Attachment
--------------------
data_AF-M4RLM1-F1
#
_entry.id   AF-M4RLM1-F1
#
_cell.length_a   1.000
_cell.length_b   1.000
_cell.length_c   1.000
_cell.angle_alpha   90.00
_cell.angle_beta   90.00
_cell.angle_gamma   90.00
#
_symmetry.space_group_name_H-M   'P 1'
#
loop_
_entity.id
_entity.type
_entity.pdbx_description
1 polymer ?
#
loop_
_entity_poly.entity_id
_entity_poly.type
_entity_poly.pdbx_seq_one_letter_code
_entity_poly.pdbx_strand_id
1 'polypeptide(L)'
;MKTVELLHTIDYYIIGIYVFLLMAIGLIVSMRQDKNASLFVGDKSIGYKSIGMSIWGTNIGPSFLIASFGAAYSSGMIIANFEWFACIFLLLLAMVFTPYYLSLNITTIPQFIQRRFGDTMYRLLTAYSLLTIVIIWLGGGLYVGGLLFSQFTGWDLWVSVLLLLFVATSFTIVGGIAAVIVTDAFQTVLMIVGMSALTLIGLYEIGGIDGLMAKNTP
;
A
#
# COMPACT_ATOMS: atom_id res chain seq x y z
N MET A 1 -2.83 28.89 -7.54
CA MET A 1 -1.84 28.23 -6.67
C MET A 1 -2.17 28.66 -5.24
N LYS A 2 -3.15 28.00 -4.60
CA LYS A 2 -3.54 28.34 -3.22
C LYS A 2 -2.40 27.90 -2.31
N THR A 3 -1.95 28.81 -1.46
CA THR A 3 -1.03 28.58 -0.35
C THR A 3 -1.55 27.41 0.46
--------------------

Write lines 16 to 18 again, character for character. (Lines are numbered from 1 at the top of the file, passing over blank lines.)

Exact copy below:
_entity.type
_entity.pdbx_description
1 polymer ?